assessments are shared with parents and used in the development of a Personalized Education Plan.
Differentiation of Instruction: One of the models commonly used by Summit teachers for adapting
instruction to meet the needs of all students is “differentiation.” Classroom teachers facilitate the use of
many differentiation strategies which make adjustments to the content, process or product according to
the individual learner’s readiness and interests. This strategy is particularly effective for students with
special needs.
Accommodations:
Definition of accommodations: Accommodations are changes to instruction that provide a student
with a learning difference access to participate in a course/standard/test, which do not fundamentally
alter or lower the standard or expectations of the course/standard/test. Accommodations typically are
suggestions found in the psycho-educational report and reviewed by the Student Study Team in terms of
their viability for successful use by the teacher in the course of daily instruction.
Standardized Testing Accommodations:
Students with documented disabilities may be eligible for special accommodations on standardized
tests. Examples of some of the most common accommodations include extended time, having the
test administered individually or with a small group in a distraction free environment, or having test
items read aloud. For a student to be eligible for accommodations on standardized tests, the
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student must meet two criteria: I) the student must have a documented disability and 2) the
Student Study Team must have determined that there is a functional limitation as a result of the
disability that necessitates the accommodation. Students are not typically granted
accommodations on standardized tests if they are not receiving accommodations in the regular
school setting.
Eligibility for accommodations within the school setting, and on school administered standardized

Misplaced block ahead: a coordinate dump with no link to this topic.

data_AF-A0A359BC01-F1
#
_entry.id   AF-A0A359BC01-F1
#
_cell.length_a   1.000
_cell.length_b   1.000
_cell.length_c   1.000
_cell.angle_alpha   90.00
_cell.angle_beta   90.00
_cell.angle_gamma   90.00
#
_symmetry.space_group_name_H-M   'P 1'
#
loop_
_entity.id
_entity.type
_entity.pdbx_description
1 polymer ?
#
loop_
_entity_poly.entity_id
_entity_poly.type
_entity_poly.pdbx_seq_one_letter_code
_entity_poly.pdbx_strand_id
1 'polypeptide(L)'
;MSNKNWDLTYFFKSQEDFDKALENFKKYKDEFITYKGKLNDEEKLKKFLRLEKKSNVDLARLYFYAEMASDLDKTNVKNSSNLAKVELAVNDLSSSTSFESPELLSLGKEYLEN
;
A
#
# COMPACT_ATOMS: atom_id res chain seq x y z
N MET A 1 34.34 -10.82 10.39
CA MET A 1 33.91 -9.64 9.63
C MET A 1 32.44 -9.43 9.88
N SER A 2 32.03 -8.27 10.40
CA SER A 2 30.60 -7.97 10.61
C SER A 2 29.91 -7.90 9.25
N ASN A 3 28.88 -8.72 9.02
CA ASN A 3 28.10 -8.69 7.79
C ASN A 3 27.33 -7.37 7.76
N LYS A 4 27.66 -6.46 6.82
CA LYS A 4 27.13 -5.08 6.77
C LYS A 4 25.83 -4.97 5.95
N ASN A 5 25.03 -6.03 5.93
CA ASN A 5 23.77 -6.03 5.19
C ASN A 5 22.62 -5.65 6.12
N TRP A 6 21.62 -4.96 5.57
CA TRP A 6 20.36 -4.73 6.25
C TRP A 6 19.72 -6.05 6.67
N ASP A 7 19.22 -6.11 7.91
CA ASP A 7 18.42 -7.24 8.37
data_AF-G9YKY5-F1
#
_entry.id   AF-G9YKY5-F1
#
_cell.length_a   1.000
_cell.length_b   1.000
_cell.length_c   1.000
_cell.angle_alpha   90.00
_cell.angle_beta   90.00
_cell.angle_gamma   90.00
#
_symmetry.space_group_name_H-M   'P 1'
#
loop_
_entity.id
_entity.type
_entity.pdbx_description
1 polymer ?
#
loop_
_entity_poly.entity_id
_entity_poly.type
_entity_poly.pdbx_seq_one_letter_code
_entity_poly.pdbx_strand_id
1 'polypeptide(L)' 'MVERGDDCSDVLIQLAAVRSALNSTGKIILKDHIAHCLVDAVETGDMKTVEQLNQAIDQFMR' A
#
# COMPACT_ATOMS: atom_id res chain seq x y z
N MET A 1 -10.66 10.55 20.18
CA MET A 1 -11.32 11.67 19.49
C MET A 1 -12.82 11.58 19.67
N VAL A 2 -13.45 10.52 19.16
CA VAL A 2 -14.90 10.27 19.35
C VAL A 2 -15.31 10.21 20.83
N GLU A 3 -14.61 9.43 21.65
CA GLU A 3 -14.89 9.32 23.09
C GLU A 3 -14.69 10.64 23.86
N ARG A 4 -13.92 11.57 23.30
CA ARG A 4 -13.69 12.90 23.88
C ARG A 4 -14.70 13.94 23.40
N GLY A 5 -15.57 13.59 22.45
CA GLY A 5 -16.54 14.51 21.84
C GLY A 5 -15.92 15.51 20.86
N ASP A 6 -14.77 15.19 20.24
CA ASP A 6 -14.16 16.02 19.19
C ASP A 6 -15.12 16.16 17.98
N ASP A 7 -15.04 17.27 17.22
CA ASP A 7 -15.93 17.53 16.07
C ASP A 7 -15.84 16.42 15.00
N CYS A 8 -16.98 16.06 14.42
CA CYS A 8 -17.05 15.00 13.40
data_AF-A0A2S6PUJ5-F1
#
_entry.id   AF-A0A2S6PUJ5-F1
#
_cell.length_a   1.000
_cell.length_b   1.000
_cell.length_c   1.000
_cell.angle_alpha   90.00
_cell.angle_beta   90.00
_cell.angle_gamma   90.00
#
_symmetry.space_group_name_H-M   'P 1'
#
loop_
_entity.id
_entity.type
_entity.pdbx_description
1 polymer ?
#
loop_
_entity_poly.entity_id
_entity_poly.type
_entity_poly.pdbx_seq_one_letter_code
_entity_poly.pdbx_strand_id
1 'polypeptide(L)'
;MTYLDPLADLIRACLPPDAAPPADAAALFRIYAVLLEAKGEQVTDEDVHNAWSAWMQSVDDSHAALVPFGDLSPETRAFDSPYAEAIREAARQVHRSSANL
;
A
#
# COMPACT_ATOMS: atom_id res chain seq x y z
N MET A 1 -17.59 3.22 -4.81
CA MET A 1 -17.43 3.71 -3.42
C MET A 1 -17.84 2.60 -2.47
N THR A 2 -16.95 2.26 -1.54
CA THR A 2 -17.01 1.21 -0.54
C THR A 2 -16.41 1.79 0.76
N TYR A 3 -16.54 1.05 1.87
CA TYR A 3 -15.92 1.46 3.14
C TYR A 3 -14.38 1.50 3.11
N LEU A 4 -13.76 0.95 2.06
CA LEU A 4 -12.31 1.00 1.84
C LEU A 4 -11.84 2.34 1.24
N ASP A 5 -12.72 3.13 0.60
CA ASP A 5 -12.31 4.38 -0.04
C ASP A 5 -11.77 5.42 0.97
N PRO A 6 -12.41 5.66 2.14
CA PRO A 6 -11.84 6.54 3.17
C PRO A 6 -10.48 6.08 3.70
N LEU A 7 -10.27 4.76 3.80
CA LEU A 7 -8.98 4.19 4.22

tests, is determined by the Student Study Team (SST).
HEALTH PRACTICES FOR STUDENTS WITH SPECIAL MEDICAL NEEDS
Students who have severe allergies or serious medical conditions require a doctor’s statement describing
the health or medical condition and the most important steps to take in an emergency situation. This
documentation must be presented to the Head of School and will be used to develop a medical alert plan
which includes the following: picture of the student and all parent contact information; statement of the
medical condition; signs and symptoms; information regarding when to contact emergency medical
services; information regarding what to do/not to do until emergency medical services arrive; and any
other information that would help school personnel keep the child safe. In cases where all staff needs to
be informed, parents will be asked to give permission for a medical alert poster to be placed in public
areas on campus.
RECORDS MANAGEMENT AND CONFIDENTIALITY:
RECORDS MANAGEMENT
Two types of official records will be kept on a student receiving special service support: A Cumulative
file and a Confidential file. In addition, a Working file may be kept by each teacher or staff member
involved with the student.
Cumulative Files
A cumulative file is maintained on all students at Summit School of Ahwatukee, regardless of whether
they receive support.
Confidential Files
Confidential files are maintained on students receiving support and any student that has confidential
materials in their record. The intent of maintaining a confidential file is three-fold. First, keeping all
related documents together in a single file keeps them organized and enhances accessibility. This is
especially true with older students that have accumulated substantial documentation. Second,
maintaining a confidential file and limiting access to those with a "need-to-know", and to persons
equipped to appropriately interpret specialized information that may be contained in confidential
documents, protects the privacy and dignity of the student and their family. Finally, maintaining the